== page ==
Birmingham City Council is converting the PCs used in its 40 libraries to Linux as part of a year-long trial of the open source operating system.
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The council - the UK's largest - has commissioned an independent auditor to assess whether the trial demonstrates that using Linux and open source software represents better value than using Microsoft alternatives.
Birmingham is trialling Linux on more than 500 PCs as part of the Office of the Deputy Prime Minister's E-Innovations project to test open source in the public sector.
The PCs will be equipped with the Gnome presentation layer of the Linux operating system, the Openoffice productivity suite and Mozilla's Firefox browser.
The local authority has kept IBM's Lotus Notes 6.5 on the 500-plus desktops because library staff need to remain within the council-wide e-mail system.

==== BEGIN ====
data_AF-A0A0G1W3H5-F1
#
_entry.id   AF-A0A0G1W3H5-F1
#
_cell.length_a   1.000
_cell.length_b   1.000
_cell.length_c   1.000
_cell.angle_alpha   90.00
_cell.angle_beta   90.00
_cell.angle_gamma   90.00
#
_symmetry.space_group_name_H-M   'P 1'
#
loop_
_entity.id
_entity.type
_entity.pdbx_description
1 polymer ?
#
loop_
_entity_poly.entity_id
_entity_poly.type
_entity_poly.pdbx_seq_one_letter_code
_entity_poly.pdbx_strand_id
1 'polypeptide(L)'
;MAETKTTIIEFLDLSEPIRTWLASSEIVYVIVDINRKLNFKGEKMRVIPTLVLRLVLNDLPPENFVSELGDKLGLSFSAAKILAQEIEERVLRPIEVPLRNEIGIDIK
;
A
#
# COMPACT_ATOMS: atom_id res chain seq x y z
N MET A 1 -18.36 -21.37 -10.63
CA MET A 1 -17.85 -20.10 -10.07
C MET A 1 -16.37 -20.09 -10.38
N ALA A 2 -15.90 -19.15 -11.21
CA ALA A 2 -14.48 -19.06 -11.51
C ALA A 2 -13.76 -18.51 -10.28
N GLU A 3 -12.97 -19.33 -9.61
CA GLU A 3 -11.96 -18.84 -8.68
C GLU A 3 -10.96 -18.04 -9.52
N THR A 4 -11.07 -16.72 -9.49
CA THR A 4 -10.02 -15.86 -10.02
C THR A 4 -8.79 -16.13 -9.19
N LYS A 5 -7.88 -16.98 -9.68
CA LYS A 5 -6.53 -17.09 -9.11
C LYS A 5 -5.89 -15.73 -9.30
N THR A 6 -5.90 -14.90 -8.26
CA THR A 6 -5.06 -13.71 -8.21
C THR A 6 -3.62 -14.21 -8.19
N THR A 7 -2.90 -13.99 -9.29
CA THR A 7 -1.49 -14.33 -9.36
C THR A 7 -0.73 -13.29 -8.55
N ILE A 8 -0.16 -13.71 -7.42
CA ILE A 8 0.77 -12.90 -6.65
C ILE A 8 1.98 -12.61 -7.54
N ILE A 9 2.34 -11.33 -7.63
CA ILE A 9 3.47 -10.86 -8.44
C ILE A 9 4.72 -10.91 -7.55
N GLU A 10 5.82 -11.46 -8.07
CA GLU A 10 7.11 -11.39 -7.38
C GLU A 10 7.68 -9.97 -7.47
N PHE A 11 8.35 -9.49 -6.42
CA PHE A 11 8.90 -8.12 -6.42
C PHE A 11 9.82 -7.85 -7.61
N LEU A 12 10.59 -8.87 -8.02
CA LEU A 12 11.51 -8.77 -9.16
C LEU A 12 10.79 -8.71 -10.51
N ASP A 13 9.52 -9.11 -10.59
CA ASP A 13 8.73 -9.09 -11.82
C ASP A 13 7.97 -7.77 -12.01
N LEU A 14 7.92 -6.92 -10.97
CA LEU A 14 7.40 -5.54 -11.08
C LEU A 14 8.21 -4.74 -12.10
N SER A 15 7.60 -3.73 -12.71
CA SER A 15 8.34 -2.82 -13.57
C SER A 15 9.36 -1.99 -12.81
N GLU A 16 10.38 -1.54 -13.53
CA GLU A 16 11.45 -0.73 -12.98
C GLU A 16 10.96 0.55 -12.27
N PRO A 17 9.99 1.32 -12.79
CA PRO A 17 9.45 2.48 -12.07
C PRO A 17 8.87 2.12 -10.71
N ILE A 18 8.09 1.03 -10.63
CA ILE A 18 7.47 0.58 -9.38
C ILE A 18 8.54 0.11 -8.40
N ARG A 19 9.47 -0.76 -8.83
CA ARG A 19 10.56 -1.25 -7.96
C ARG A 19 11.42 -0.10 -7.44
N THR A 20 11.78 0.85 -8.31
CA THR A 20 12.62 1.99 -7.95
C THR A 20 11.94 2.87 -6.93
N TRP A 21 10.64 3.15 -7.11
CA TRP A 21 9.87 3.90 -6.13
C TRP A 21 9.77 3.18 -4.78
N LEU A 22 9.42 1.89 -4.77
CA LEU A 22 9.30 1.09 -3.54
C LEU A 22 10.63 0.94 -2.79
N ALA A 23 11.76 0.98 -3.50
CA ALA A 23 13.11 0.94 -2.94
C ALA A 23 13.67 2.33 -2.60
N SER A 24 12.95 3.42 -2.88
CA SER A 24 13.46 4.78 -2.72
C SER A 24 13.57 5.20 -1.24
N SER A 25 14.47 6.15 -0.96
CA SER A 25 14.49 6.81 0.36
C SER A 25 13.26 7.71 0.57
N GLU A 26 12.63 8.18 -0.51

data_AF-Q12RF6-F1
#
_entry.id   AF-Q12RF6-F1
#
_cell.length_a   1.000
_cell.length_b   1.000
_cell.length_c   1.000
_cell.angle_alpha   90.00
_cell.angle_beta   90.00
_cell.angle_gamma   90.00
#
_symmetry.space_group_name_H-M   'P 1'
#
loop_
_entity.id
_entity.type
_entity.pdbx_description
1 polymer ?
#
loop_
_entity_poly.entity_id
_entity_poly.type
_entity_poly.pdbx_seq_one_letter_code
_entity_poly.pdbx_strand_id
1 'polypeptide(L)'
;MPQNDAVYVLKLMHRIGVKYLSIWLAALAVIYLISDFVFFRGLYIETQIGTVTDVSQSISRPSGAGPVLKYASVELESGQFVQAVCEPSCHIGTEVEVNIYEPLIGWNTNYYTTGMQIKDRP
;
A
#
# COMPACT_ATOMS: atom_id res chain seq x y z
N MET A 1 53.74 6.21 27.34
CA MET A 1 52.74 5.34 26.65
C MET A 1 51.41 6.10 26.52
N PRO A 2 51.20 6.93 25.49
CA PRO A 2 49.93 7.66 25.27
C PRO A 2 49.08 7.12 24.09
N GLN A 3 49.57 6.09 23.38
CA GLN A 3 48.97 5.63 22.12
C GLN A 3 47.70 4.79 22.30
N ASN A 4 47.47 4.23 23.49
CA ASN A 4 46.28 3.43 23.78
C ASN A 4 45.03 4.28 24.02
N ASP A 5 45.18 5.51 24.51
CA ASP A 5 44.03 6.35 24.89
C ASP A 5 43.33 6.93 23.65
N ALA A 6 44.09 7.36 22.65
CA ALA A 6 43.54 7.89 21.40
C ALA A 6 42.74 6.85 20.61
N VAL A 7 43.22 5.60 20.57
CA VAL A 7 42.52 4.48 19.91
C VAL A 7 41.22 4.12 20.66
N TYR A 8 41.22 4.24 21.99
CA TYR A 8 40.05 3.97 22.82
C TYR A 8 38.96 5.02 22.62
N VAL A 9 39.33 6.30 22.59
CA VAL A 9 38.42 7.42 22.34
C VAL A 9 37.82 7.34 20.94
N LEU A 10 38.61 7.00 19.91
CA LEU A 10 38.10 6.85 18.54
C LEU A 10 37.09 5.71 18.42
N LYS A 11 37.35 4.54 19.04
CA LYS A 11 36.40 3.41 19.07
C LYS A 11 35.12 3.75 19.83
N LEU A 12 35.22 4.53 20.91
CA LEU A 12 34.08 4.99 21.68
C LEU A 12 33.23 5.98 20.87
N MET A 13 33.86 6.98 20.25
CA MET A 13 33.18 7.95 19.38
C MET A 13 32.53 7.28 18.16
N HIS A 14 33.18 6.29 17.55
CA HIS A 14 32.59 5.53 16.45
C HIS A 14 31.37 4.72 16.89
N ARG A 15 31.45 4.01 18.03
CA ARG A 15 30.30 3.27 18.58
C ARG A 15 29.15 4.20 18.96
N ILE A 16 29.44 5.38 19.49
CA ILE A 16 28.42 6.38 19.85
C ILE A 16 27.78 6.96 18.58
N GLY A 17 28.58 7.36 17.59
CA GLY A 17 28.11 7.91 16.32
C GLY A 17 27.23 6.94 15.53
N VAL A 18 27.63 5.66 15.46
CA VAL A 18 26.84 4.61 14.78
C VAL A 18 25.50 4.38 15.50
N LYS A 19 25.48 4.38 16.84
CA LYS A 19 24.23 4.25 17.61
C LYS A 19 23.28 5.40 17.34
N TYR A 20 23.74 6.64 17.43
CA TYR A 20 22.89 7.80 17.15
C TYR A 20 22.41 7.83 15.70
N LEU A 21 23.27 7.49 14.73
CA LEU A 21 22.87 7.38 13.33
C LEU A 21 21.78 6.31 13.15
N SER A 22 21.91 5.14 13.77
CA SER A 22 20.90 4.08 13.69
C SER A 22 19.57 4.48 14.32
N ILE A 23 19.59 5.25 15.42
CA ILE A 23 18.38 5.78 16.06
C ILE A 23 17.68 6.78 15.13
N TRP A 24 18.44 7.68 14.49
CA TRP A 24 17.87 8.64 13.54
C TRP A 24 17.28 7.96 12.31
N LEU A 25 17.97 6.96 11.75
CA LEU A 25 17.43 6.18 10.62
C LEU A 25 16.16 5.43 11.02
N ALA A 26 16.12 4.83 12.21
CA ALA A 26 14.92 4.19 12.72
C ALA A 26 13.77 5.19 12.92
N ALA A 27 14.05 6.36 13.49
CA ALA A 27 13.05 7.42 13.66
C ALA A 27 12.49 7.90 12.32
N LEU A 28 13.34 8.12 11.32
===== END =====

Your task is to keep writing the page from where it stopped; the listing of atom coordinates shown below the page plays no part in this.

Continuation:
Les Timms, Birmingham City Council's IT manager with responsibility for the open source trial, said, "The next phase of the project is to do a detailed study on the cost base, the long-term viability and how it integrates with our existing structure and security."
The IT department chose Linux using the Gnome presentation layer after inviting both library staff and members of the public to try desktops using different operating systems and presentation layers.
Timms said, "We had Mac, Microsoft Windows and best-of-breed open source configurations, including KDE and Gnome. We had 300 people using the PCs. The one they preferred was Gnome."
The Linux trial will run until the end of March 2006.